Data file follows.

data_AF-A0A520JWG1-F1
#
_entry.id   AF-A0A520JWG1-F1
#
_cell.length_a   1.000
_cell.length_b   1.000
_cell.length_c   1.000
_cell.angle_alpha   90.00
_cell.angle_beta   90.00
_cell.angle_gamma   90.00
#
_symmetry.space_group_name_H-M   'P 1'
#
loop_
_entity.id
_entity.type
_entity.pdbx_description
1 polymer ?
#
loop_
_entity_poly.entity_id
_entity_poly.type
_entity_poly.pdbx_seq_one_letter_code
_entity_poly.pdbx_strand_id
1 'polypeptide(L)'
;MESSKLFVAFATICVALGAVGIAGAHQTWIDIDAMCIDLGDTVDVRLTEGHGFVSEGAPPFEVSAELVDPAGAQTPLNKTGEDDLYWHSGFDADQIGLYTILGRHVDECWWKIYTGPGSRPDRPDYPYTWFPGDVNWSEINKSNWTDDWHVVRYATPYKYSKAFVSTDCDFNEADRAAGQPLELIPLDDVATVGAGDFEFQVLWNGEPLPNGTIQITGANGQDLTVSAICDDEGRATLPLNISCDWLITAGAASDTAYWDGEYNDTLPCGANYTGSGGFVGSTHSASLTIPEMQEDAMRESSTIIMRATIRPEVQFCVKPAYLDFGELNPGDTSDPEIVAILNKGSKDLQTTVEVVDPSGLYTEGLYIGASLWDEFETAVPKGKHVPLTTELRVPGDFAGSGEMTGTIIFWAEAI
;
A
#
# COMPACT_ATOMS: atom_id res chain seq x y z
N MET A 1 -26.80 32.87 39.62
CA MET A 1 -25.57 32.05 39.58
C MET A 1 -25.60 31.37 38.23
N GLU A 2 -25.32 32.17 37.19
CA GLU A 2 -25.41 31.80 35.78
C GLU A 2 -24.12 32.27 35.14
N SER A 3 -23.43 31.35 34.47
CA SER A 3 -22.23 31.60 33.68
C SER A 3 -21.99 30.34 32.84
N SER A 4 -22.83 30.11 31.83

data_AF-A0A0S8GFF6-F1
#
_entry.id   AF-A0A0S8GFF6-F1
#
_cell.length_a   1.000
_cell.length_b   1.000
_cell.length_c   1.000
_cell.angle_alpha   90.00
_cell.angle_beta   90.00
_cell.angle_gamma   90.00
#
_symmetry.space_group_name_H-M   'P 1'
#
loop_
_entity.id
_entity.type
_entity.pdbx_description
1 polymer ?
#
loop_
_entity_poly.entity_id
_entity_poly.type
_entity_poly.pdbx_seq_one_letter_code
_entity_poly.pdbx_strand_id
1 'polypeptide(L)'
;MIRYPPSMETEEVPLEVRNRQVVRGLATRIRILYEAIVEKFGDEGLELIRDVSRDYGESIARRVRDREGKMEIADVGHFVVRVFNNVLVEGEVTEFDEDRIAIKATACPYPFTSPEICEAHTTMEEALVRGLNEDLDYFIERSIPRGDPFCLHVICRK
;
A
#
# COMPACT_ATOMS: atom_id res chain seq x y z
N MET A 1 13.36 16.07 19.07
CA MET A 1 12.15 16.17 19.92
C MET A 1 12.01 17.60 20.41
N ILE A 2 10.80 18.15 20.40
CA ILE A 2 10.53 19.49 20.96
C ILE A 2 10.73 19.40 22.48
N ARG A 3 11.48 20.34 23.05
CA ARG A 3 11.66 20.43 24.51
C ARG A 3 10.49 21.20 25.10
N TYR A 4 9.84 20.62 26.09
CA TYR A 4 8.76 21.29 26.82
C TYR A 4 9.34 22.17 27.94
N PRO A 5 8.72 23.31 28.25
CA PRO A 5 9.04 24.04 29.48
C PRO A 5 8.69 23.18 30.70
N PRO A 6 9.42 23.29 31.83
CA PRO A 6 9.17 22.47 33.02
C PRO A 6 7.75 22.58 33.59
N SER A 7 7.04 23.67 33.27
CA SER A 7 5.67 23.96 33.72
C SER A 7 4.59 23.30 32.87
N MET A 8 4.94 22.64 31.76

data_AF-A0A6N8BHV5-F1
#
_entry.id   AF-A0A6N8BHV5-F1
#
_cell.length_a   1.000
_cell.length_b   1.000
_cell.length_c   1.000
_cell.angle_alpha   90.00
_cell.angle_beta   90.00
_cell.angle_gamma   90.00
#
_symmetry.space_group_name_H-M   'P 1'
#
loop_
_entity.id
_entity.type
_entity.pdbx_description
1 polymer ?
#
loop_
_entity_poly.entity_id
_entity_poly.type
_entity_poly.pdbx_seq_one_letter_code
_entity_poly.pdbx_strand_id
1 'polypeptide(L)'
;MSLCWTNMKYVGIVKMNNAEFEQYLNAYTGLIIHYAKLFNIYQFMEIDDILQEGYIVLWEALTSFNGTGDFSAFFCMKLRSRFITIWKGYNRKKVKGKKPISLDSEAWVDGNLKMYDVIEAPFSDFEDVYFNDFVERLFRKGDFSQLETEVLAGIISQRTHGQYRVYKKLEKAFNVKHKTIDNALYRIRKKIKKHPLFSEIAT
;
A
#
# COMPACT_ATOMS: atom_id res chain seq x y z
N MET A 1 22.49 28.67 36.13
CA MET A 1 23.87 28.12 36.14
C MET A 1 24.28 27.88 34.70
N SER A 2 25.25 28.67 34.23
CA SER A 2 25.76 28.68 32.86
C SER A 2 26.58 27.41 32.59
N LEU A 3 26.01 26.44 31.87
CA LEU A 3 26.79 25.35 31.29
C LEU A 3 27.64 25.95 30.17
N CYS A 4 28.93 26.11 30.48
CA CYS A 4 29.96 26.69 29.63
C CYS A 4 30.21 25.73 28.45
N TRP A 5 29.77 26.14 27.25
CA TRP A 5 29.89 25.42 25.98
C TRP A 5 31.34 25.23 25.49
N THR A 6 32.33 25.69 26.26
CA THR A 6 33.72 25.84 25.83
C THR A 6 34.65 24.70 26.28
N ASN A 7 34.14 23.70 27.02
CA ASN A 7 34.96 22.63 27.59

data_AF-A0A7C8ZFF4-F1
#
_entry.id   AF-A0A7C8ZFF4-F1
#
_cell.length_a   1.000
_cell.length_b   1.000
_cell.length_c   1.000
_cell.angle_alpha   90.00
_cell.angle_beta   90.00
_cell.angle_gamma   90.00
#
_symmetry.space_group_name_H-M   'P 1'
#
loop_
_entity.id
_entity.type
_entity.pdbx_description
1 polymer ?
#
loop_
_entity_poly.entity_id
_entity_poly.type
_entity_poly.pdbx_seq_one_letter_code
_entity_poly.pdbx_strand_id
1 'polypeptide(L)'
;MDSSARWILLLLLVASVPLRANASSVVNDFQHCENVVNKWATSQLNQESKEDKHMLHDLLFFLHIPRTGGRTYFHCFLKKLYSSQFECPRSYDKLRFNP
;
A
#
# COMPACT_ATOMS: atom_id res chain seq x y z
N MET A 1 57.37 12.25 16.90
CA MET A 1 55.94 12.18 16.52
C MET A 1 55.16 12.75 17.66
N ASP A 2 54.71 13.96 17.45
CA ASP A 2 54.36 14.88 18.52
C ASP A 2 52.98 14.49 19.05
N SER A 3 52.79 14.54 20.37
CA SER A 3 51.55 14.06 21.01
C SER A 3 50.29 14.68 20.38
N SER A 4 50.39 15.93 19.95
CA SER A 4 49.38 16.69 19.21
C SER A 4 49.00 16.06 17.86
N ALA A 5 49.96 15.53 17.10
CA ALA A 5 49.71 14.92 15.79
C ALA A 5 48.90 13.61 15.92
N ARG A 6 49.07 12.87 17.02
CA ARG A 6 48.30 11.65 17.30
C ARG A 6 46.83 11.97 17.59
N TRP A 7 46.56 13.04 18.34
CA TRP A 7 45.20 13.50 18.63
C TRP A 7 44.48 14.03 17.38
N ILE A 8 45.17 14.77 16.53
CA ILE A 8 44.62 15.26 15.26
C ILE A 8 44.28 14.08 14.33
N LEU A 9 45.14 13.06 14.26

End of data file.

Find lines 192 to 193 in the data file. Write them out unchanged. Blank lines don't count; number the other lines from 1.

CA TRP A 7 45.20 13.50 18.63
C TRP A 7 44.48 14.03 17.38